U.S. Navy Photo illustration by Mass Communication Specialist 3rd Class Kevin Murphy/Released

Story by Mass Communication Specialist Seaman
Justin Johndro

Whether it’s physical or mental, positive or negative, stress can take many forms, but Stennis Sailors have resources available to
help them deal with
these symptoms.

The Navy’s operational stress-control (OSC) program provides leaders and Sailors with tools to help identify, balance and mitigate stress.

When identifying stress, leaders must know the individuals assigned to them and recognize when their confidence has been shaken. Most importantly, leaders need to know which stress zone their Sailors are in on a day-to-day basis.

Stress can be a result of many situations; deployment, being away from family, not having time for personal responsibilities, or a lack of personnel to accomplish workloads during planned incremental availability.

Mitigating stress is about balance. While stress is useful in training situations to prepare Sailors for life in the fleet, adequate sleep, rest and spiritual renewal are necessary to allow for recovery from stress.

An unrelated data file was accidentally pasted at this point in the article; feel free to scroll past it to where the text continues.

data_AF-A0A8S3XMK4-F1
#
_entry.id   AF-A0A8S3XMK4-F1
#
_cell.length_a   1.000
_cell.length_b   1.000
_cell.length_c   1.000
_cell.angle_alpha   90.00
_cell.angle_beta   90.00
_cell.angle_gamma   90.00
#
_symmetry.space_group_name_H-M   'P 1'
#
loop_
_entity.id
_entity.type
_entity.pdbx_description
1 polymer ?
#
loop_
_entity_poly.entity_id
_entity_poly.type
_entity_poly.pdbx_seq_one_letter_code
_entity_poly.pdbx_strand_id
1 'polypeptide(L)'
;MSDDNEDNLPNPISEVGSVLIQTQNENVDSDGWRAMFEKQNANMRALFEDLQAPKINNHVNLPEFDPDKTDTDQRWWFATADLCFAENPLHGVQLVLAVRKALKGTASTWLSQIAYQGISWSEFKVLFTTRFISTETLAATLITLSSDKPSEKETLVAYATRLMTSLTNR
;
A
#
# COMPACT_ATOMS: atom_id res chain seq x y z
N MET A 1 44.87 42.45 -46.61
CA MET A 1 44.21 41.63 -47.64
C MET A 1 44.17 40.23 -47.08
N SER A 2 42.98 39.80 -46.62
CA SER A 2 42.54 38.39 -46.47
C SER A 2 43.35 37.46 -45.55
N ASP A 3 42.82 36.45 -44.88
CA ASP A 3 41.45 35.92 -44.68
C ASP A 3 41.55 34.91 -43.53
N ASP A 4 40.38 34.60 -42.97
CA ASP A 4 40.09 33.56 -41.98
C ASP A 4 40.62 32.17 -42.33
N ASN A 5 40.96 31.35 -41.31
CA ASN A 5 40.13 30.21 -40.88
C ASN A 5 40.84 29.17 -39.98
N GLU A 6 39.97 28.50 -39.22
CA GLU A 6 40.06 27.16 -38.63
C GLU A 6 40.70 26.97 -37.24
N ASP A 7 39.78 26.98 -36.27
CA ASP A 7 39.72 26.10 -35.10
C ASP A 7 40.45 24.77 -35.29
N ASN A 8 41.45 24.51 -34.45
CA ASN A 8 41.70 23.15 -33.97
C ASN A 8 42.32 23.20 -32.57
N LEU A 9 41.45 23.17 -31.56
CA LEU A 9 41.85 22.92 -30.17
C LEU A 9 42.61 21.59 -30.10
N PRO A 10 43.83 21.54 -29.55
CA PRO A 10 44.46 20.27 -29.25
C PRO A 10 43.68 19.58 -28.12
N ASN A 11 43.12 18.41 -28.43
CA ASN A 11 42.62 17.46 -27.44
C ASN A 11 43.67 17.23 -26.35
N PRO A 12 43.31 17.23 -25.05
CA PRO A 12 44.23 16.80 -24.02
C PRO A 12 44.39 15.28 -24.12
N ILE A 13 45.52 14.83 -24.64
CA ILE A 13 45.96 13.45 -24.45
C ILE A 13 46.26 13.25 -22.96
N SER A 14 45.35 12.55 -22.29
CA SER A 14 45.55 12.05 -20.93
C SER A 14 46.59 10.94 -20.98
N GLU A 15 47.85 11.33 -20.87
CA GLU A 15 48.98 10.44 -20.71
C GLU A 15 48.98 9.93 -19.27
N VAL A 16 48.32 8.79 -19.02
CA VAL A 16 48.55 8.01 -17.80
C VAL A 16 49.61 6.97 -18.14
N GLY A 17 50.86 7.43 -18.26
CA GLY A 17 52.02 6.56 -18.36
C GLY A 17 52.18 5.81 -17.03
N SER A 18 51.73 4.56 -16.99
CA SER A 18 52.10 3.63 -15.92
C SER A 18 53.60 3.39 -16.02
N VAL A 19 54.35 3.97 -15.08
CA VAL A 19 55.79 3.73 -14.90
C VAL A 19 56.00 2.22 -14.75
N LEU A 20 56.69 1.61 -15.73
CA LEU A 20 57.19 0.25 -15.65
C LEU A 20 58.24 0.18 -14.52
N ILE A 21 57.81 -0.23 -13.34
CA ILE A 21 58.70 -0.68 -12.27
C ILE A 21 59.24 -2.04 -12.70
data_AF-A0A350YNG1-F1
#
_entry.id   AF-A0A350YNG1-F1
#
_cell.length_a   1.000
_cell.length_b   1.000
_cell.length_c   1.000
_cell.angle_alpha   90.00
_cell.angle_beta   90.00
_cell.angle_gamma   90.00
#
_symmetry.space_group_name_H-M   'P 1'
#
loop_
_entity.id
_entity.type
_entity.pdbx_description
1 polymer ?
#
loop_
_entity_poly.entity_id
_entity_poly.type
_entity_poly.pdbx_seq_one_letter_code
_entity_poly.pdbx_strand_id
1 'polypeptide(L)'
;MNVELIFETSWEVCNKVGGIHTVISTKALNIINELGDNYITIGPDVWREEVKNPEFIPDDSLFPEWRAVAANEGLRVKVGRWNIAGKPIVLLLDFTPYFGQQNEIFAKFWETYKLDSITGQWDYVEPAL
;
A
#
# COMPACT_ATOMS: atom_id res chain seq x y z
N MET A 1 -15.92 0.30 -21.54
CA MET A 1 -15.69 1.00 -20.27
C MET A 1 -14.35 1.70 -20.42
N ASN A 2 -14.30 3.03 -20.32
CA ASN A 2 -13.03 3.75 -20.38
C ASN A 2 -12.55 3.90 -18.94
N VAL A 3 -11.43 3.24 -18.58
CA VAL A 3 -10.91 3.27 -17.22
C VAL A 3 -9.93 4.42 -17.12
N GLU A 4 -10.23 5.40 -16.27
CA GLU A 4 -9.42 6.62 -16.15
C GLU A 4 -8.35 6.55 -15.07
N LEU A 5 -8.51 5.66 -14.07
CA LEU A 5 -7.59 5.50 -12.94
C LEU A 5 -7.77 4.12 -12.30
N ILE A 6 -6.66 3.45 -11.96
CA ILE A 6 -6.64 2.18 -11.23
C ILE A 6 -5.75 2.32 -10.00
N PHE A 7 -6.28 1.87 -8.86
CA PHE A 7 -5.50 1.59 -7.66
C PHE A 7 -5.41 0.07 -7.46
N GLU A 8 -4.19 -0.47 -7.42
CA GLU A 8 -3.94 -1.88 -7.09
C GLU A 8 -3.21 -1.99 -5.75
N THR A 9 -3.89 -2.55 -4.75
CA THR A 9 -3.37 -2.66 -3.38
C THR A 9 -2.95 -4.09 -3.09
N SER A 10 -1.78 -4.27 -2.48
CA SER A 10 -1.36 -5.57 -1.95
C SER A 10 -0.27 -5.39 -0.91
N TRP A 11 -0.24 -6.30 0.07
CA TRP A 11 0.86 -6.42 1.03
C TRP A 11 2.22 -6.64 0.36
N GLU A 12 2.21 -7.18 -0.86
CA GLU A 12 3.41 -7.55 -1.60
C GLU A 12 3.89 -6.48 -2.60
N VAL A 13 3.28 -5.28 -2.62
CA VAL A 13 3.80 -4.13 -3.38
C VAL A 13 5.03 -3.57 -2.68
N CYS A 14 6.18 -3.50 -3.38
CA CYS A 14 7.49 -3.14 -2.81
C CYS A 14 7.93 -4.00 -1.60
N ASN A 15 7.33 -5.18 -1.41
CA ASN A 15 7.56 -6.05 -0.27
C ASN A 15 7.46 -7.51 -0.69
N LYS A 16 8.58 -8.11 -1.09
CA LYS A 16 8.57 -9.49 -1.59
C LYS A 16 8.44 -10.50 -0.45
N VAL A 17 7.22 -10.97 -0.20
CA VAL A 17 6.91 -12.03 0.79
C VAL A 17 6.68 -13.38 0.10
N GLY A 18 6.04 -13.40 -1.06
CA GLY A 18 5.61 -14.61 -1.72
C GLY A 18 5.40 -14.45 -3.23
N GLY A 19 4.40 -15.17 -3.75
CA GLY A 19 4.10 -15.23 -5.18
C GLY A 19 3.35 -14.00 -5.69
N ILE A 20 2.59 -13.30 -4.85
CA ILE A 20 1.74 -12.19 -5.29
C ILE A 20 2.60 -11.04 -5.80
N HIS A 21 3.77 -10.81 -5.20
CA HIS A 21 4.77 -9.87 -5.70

According to OSC, to strengthen an individual’s physical and mental strength and endurance, leaders should conduct realistic training. Effective leaders instill confidence in the work center and provide a model of ethical and moral behavior.

Senior Chief Aviation Ordnanceman (AW/SW) T. J. Jordan
said as many as 50 Sailors in one day have approached him
with stress related issues.

“Everyone experiences stress,” said Jordan. “The priority is to find out what’s triggering the stress and to get help from that point on.”

No matter what kind of stress situation a Sailor is in, the Navy needs every Sailor to value their own abilities and concentrate on the work at hand in order to be unified as a viable global force, Jordan said.

“While deployed, my work days are very long,” said Personnel Specialist Seaman Jordan Queen. “Workloads and being away from family are my primary stress factors. Time management for workloads is very critical. I’ve learned that things can come up fast, so instead of stressing out, I try to anticipate it.”

For more information on dealing with stress visit http://navstress.navy.dodlive.mil.